- 2.3% of marriages ended in the first 10 years of a childhood.
- By age 16, around 34% of children in New Zealand have experienced parental separation or have been born into a single parent household.
According to the Christchurch study, which recorded the home life of 1000 children as they grew up, these are the clear trends when it comes to children and divorce.
- Families with more than one child under five were less likely to divorce.
- Divorce and separation rates were reduced by 40% for families with three or more preschool-aged children.
Other recent studies, such as Growing Up in New Zealand, have shown the significance of divorce for children in New Zealand.
- 5% of 2 year-olds and 8% of 4 year olds live in single-parent households.
- Only 20% of surveyed children had spent their childhood with both biological parents.
The following conclusions can be drawn from the New Zealand Law Commission’s Relationships and Families study.
- Marriage rates have been on a downward trend over the past four decades. Fewer people are getting divorced partly because fewer people are getting married.
- New Zealanders are having fewer children. Fertility rates have halved in the past 60 years.
- The proportion of couples with children is decreasing when compared to other family types in recent household surveys.
Many children in New Zealand experience one or more changes in the makeup of their household during their childhood. This means that the role of marriage, and divorce, is evolving when it comes to having and raising children.
Same-sex marriage and divorce in New Zealand
Same-sex marriage is a recent legal and civil rights development in New Zealand. While civil unions for same-sex couples became possible almost a decade earlier than same-sex marriage, data for same-sex couples is not as rich as data for opposite-sex couples.
The following information and analysis regarding same-sex marriage in New Zealand should be considered preliminary. It will take several decades before enough data is collected to find meaningful trends when it comes to same-sex relationships.
New Zealand celebrated between 402 and 495 same-sex marriages and civil unions according to the latest annual figures collected in 2020. This the lowest number of same-sex marriages and civil unions over the past five years. However, it is too early to get a meaningful understanding of a New Zealand divorce rate for same-sex marriages and unions.
There were 102 divorce proceedings for same-sex couples according to the latest figures. Same-sex divorce accounted for 0.01% of divorces in New Zealand, this past year.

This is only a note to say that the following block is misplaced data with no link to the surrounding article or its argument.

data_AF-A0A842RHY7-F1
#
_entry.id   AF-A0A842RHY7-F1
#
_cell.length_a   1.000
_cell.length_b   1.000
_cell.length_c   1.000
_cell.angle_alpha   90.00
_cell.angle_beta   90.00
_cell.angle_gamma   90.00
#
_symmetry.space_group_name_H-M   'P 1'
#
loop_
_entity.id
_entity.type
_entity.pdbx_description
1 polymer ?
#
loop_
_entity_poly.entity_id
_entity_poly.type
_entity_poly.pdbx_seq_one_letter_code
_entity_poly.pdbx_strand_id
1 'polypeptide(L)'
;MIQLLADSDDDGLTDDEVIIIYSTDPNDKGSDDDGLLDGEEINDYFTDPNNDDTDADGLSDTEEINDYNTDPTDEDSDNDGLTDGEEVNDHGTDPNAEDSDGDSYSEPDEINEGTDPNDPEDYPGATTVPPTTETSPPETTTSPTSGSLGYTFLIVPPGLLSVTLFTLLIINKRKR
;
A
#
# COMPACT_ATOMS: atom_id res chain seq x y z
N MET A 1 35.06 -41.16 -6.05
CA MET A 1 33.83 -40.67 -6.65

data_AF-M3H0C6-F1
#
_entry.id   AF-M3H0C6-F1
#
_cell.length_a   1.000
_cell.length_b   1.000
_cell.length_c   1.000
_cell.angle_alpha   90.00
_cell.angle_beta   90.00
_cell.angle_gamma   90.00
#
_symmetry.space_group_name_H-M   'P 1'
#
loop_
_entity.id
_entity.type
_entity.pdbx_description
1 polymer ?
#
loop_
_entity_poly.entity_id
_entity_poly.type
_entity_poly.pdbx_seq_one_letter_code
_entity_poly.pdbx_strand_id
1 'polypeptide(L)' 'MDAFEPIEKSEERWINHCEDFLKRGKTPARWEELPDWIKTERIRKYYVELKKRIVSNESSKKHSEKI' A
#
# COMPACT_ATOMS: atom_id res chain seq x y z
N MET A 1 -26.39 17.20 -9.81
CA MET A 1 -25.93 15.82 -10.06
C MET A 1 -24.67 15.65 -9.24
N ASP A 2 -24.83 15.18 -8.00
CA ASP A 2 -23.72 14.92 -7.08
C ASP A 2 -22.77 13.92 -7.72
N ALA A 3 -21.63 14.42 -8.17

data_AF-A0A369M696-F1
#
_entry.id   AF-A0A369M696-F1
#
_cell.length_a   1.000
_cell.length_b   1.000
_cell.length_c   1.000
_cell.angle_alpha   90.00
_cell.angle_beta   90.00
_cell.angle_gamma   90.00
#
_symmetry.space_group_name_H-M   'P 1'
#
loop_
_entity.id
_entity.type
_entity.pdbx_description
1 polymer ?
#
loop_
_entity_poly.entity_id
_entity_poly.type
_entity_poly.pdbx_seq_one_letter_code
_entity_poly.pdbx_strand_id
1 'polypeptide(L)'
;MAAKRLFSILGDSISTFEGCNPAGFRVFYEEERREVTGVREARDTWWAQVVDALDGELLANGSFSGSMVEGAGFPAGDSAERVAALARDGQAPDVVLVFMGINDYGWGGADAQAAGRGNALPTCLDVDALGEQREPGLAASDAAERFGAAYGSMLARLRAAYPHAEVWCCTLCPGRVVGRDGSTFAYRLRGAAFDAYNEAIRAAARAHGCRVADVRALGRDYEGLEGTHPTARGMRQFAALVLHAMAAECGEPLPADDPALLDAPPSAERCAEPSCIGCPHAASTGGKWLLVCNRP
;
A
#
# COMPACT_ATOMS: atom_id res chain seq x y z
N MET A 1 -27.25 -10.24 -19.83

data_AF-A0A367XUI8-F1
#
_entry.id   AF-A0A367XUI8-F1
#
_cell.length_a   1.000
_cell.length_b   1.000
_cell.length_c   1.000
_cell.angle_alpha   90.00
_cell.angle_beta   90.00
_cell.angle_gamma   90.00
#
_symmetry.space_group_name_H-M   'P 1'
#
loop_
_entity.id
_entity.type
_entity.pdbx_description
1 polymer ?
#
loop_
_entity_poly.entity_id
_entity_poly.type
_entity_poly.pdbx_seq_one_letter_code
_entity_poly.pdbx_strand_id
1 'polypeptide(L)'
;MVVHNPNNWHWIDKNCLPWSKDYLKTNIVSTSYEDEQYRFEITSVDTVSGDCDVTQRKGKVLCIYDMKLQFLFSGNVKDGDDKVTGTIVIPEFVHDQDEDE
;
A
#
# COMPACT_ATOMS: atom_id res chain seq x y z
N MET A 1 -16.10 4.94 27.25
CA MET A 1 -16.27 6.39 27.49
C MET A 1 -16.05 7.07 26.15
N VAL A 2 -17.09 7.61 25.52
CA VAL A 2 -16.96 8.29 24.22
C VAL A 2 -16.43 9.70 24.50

FAQs about divorce rate in New Zealand
These are answers to common questions about divorce rates in New Zealand.
What is the divorce rate in New Zealand?
The current divorce rate is 7.6 per 1000 marriages, according to the Stats NZ government agency.
What percentage of marriages fail in New Zealand?
The latest marriage failure percentage in New Zealand is 0.76%. This represents a 30% drop in the proportion of couples getting divorced, when compared with figures a decade ago. 38% of marriages in New Zealand fail before reaching the 25 year mark.
How long does the average marriage last in NZ?
The latest median duration of marriages ending in divorce has settled at around 13-14 years of marriage. This average figure has remained consistent for over a decade.
How is the divorce rate calculated?
Divorce rate is calculated by dividing total annual divorces by the yearly average of a specific population. For a crude divorce rate (CDR), the population can be the total national average.
For a refined divorce rate (RDR), the annual divorce total is divided by total married women. This method is preferred by some statisticians who see it as more accurate. However, this method does not accurately represent same-sex divorce trends.
Both divorce rate calculation methods generally express results in the form of divorce instances per 1000. You can see these in the New Zealand divorce rate breakdown above.
New Zealand divorce rate: Final words
While divorce rates are decreasing, the impact of a marriage breaking up is no less significant. The statistics on this page give insights on a national scale. However, they don’t account for personal consequences or how to move on from divorce. Our guide on what comes after divorce has advice on the steps you can take to help you with what comes next.